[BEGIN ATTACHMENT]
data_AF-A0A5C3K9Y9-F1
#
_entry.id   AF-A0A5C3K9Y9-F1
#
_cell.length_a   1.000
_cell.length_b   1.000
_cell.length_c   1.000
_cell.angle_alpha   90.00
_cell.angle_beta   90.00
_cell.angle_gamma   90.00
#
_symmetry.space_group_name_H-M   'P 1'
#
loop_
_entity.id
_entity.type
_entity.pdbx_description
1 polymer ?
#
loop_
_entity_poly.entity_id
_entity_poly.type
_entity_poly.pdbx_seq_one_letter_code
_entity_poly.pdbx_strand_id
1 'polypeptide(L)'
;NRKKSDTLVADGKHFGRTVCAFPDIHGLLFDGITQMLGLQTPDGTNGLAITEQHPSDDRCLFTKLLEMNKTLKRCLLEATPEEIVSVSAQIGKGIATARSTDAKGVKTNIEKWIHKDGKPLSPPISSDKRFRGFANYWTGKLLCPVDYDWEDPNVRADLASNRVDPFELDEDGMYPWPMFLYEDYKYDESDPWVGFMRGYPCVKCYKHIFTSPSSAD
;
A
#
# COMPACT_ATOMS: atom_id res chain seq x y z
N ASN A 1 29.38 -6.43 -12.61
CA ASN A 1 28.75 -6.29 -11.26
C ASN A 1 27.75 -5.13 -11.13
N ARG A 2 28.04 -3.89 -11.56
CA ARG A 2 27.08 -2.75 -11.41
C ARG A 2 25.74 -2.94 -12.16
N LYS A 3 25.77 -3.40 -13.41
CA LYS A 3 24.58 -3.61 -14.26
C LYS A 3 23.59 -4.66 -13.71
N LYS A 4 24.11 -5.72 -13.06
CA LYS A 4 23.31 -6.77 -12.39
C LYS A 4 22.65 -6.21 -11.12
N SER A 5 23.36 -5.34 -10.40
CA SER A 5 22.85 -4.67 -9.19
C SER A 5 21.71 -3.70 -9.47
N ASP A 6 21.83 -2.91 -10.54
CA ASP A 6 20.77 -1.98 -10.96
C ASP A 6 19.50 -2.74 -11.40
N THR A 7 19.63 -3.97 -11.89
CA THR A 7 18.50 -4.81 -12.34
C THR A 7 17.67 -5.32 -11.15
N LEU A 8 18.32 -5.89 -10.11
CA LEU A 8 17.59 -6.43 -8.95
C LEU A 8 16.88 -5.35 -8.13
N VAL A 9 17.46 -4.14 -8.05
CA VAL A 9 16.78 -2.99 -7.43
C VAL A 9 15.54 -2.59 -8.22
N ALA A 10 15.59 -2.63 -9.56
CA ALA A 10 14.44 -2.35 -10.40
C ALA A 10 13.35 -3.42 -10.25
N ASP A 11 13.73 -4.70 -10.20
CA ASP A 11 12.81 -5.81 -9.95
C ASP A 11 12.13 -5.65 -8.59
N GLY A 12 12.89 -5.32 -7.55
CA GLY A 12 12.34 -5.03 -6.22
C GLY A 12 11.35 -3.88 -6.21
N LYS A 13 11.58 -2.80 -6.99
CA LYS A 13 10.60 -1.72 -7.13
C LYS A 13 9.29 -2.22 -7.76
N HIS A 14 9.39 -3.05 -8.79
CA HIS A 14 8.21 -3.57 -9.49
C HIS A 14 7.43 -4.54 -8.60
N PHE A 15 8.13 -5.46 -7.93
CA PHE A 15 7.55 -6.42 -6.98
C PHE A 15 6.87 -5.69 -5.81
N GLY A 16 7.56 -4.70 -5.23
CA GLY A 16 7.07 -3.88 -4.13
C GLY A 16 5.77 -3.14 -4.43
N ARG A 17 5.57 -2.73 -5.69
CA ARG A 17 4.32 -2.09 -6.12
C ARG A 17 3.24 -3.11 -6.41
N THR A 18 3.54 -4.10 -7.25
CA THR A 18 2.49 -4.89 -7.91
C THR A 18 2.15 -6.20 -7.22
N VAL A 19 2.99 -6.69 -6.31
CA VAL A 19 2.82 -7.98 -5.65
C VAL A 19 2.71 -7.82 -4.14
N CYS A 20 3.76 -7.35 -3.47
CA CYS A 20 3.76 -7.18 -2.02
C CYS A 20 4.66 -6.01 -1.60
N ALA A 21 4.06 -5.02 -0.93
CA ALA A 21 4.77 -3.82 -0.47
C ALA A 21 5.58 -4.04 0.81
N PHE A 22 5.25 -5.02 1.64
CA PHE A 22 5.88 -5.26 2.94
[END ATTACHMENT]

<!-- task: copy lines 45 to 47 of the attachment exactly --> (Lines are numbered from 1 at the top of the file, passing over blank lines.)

C SER A 5 21.71 -3.70 -9.47
N ASP A 6 21.83 -2.91 -10.54
CA ASP A 6 20.77 -1.98 -10.96